Potawot Health Village Solar Energy: Installation and History

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Figure 1. Solar Panels on Administration Building, photo courtesy of Eric Johnson

Contents

[edit] Introduction

Potawot Health Village is a non-profit organization built by the United Indian Health Services (UIHS) “to integrate individual, community, and environmental health”.[1] Located in Arcata, California, Potawot provides medical, dental, and mental healthcare, as well as nutritional services for the nine tribes and over 13,000 Native Americans it serves.[2] A crucial element in the facility’s environmentally-friendly design is the implementation of a photovoltaic solar system installed on roofs of the Administration and Facilities Buildings in 2007.

[edit] History & Planning

In anticipation of utilizing solar energy, Potawot planned their building locations so they could support and facilitate an optimal array of solar panels.[3] The utility room, which serves as the central power inversion and grid-connection center, is located in the Facilities Building whose south-facing roof supports the majority of panels. Located directly next to this building is the Administration Building whose roof supports the remaining panels on its southwest-facing roof. Initially the Administration Building was not intended to have solar panels installed; Potawot originally planned to install the remaining solar panels on pole mounts. However after investigation, it was determined that installing more panels on the southwest-facing roof, although 12% less efficient than south-facing pole mounts, was a better alternative since pole mounts are expensive (~$9,000 each) and present a higher danger for theft.
Figure 2. Aerial view of Potawot's Buildings, photo courtesy of Eric Johnson

[edit] Design

The overall size of Potawot's solar energy system is 42 Kilowatts, which is equivalent to the energy needed to support 15-18 average size American homes.[4] On most sunny days, the system provides roughly 25% of Potawot's total energy needs, saving $2,000-$3,000 per month. This savings is then allocated towards community outreach and educational programs. On sunny weekends, when Potawot's energy demand is low, excess solar energy is sold back to Pacific Gas & Electric via the grid at the current market price.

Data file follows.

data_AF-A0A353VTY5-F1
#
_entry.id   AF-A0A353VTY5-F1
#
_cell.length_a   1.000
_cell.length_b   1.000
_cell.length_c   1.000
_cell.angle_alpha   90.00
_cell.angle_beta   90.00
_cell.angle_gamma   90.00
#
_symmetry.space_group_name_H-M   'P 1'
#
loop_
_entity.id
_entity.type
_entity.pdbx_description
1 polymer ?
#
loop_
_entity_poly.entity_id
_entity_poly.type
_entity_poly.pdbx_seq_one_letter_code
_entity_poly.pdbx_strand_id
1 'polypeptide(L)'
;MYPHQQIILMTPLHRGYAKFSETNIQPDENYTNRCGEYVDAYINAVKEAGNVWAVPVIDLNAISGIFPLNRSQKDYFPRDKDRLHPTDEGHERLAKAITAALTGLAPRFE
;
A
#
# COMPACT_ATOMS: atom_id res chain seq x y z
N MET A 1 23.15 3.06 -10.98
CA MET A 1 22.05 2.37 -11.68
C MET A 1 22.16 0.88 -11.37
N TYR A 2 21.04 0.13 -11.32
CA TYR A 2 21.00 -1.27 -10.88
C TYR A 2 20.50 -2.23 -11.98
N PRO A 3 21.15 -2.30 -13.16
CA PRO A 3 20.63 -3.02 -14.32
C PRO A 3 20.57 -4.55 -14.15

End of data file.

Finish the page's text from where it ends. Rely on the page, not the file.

Figure 3. Roger and his Merry Band of Solar Installers, photo courtesy of Eric Johnson

[edit] Technical Specifications

The system consists of 216, 180-Watt Evergreen solar PV modules. Most of the panels (144) are mounted on the Facilities Building roof while the rest (72) are mounted on the Administration Building roof (Figure 2). Since the panels are rated at 38.9 kW DC, the current must be inverted to produce alternating current. This is accomplished by first organizing the panels in 6 sub-arrays (36 modules each). Each sub-array is then wired to a Sunnyboy 600 Watt AC inverter mounted on the roof of the Facilities Building (Figure 4). Connected through this inverter is a Webbox (Figure 5) which collects and logs operational information such as energy production, savings, and efficiency. Shortly thereafter this information is accessible anywhere in the world via the internet.

Figure 4. Sunnyboy 600 Watt AC inverters, photo courtesy of Eric Johnson

When electric power flows in the opposite direction from its usual flow, an incident known as backfeed occurs. In order to prevent backfeed in the event of a power outage, Trinidad Electric was contracted to complete advanced electrical work involving large breakers and disconnects in the utility room.

Figure 5. Webbox data logger

[edit] Resources and Funding

Many individuals and organizations were involved in making this project a success. UIHS, with the crucial help of Ina Harris, was able to secure an initial $20,000 in seed funds from the Will Reid Foundation. With the initial help from solar energy supporters at The Will Reid Foundation, Cher-ae Heights Indian Community of the Trinidad Rancheria, Resighini Rancheria, Smith River Rancheria, and Humboldt Water Resources, Potawot was able to secure a grant from the California Health Facility Financing Authority to complete the first phase. Pacific Gas & Electric also contributed nearly $90,000 in rebates for the project.[3]

Under the leadership of Roger and his Merry Band of Solar Installers, several Potawot employees were able to assist in the solar panel installation. This both reduced labor costs and created a sense of community among those who participated.[3] The savings attributed to Roger's help along with "visually defective" panels discounted by Evergreen resulted in project costs below what would normally be expected for a project of this magnitude.

[edit] Future Plans

Potawot is hoping to expand their solar energy system, incorporating more panels to the array for a larger energy output. The ultimate goal is to have their entire energy demand supplied by solar energy. Potawot is currently waiting on grant opportunities from Pacific Gas & Electric and other alternative energy supporters to fund an expansion project.

[edit] References

  1. "Potawot Health Village". Sustainable Northwest. 2007. Accessed 10/24/08. http://www.sustainablenorthwest.org/stories/potawot-health-village
  2. Potawot Appropedia. Accessed 10/24/08. http://www.appropedia.org/Potawot
  3. 3.0 3.1 3.2 Eric Johnson. Personal Communication. 10/27/08.
  4. Eric Johnson. “UIHS Going Solar” Speech, 8/28/07.